Wednesday, January 12, 2011
How has a simple 30-point list become a grueling month-long odyssey? That's what happens when you're motivated by warring impulses, namely "Give the people what they want!" and "Always leave them wanting more!" It's complicated.
But it all comes to a head today, crowned by what my wife considers a very specious choice (did i just undersell the whole thing?). But if she has problems with it, she's welcome to start her own music blog, as are you all.
5. Spoon, Transference
A grower. No secret that Spoon are one of the most dependable bands around. They got relatively accessible on Gimme Fiction, then got a bit more spiky on Ga Ga Ga Ga. Now they're riding a groove. This album is very good on listens one through five, fantastic on listens six through ten, and thereafter it becomes one of the best things the band have ever done. Time-released greatness.
4. Warpaint, The Fool
Art-rock that tastes like a careful blend of Jefferson Airplane and moodier Sonic Youth circa Experimental Jet Set Trash & No Star. No? Grab your "Bull in the Heather" cassingle and throw it into a bruised and damaged tape deck, then see if it doesn't sound a bit like the first side of this album. I speak in terms of "sides" because the scuttlebutt on this long player is that it drops in quality on the second half. So say the blogs, anyway. But I'm not really feeling that. I think side one sets a tone and side two rides it.
The women of Warpaint have locked onto a sound -- Mazzy Star with the training wheels removed -- that works to their strengths. The space between the spongey bass and the workaday drums forms an echo chamber into which they may drop their ethereal vocals (not like Enya ethereal, but ethereal nonetheless). Elsewhere the guitar skitters around, looking for a wormhole to wriggle through. All in all, a lovely set of warm, trippy dirges, lysergics not included.
3. Walkmen, Lisbon
I'm buying whatever these guys are selling at this point, frankly. I know there's nothing more sad than when a guy claims to understand a band, or that they're speaking directly to him, or soundtracking his life, or whatever, so I'll spare you all that, and in so doing avoid comparison to, say, that woman who comes into my store every so often wearing a black fedora and one white sequined glove, asking if MJ's estate has issued anything new. Sad, right?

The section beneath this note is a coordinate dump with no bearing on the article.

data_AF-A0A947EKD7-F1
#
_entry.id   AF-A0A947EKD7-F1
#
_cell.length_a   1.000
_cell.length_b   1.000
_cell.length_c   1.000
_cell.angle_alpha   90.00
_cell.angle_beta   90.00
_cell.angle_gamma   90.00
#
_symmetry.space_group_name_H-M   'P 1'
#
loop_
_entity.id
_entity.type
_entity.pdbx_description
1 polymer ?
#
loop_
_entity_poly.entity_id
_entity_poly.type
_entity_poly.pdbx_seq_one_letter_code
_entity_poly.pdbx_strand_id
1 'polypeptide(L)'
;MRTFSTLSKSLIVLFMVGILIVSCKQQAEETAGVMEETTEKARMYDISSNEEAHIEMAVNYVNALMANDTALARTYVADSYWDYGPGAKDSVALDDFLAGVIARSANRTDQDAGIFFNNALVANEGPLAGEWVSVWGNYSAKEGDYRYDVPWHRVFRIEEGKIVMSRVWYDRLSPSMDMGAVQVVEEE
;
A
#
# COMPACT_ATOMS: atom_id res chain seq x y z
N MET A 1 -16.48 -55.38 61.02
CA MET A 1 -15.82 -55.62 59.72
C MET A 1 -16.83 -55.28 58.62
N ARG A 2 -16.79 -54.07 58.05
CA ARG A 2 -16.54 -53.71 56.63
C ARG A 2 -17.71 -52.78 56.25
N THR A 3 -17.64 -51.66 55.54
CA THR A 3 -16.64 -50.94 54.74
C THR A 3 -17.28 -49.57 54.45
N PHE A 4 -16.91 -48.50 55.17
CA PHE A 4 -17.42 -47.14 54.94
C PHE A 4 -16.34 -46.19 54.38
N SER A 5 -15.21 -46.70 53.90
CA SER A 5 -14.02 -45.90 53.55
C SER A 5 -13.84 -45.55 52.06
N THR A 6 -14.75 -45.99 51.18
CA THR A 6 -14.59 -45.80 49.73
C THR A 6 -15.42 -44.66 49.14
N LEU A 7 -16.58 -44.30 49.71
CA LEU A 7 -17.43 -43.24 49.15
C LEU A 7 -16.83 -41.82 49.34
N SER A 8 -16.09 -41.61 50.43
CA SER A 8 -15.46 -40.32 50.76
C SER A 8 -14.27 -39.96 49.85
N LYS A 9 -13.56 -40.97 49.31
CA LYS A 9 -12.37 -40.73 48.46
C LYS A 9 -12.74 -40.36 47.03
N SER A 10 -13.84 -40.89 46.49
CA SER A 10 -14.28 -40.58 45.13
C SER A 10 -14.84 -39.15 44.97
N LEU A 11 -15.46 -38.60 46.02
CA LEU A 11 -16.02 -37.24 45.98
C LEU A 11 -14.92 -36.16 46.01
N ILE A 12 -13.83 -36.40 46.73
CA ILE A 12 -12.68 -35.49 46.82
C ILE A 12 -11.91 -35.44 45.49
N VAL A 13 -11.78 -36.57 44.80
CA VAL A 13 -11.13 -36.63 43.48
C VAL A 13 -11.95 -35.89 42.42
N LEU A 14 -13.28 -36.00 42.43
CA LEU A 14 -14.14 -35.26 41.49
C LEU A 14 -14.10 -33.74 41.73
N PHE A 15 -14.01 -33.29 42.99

But you get to a point where you think you've found life's sweet spot, the meaty middle where the things that interest you would've bored the younger you to death. Where things are painful and complicated, but all so very real that you're never once tempted to turn your head and look away. The point when your days seem like service to some debt you can't quite quantify, and yet there's a vague sense of satisfaction in all of it, like you're at work on a very complex project, the fruit of which you can't yet envision but which nonetheless tantalizes.
And the Walkmen? They seem to get that. All that. Every bit of frustration and each small payoff. It's all there in Hamilton Leithauser's voice, in the organ and the guitar and the bass, in the lyrical drums, and it runs through the lyrics, too. The small hits of bouyant joy ("Juveniles") are counterpoint to pretty much all of 2008's You + Me, and they feel like those oasis-like moments in the middle of your day when you forget everything else to focus on a shaft of sunlight.
Lisbon is another entry into a beautiful and ragged catalog that I'll probably be thumbing for years to come (you've been forewarned). It, like everything this band has done thus far, came along at the right time in my life, and thank God for it.
2. Dave Douglas, Spark of Being: Expand
Might be that Dave Douglas and Joe Pernice are fighting it out for the title of most TiOM list appearances (might be -- I'm too lazy to actually tally the figures). The man's a perennial lock, it seems, because he keeps churning out more and more legacy-securing discs like this one. They always sound like "What Miles and his band would've sounded like if..." but that tag is getting worn, so I won't apply it. This time around Douglas leads his Keystone band into experiments based on music they'd earlier produced that served as soundtrack to a film called Spark of Being, which in turn drew its themes from Mary Shelley's Frankenstein. You with me? What results is much the same as what Keystone has produced in the past, namely warm, hard-chugging and perfectly airtight neo-fusion. What's remarkable this time is the lyricism that pours from Douglas' trumpet; he sounds more delicate and pretty than he has since his Tiny Bell Trio and Charms of the Night Sky days. The animating theme here is the connection between science and humanity, and the conclusion seems to be the inescapable nature of our vulnerability; we are fragile packages, redeemed by beauty, humanity, delicacy. That sentiment seeps from every note of this wondrous recording.
1. Superchunk, Majesty Shredding
Superchunk were already mid-career when, on Halloween, 1999, my wife (then girlfriend) and I traveled to Montreal to see them play at a venue I can't now recall. How long ago was that? Well, they were costumed, and drummer Jon Wurster was done up like Fred Durst of Limp Bizkit infamy (backwards red Yankees cap, a t-shirt that read FUKIN GONUTS and a red puffy jacket), and it counted as a current reference. Do you remember a time when anyone cared who Fred Durst was?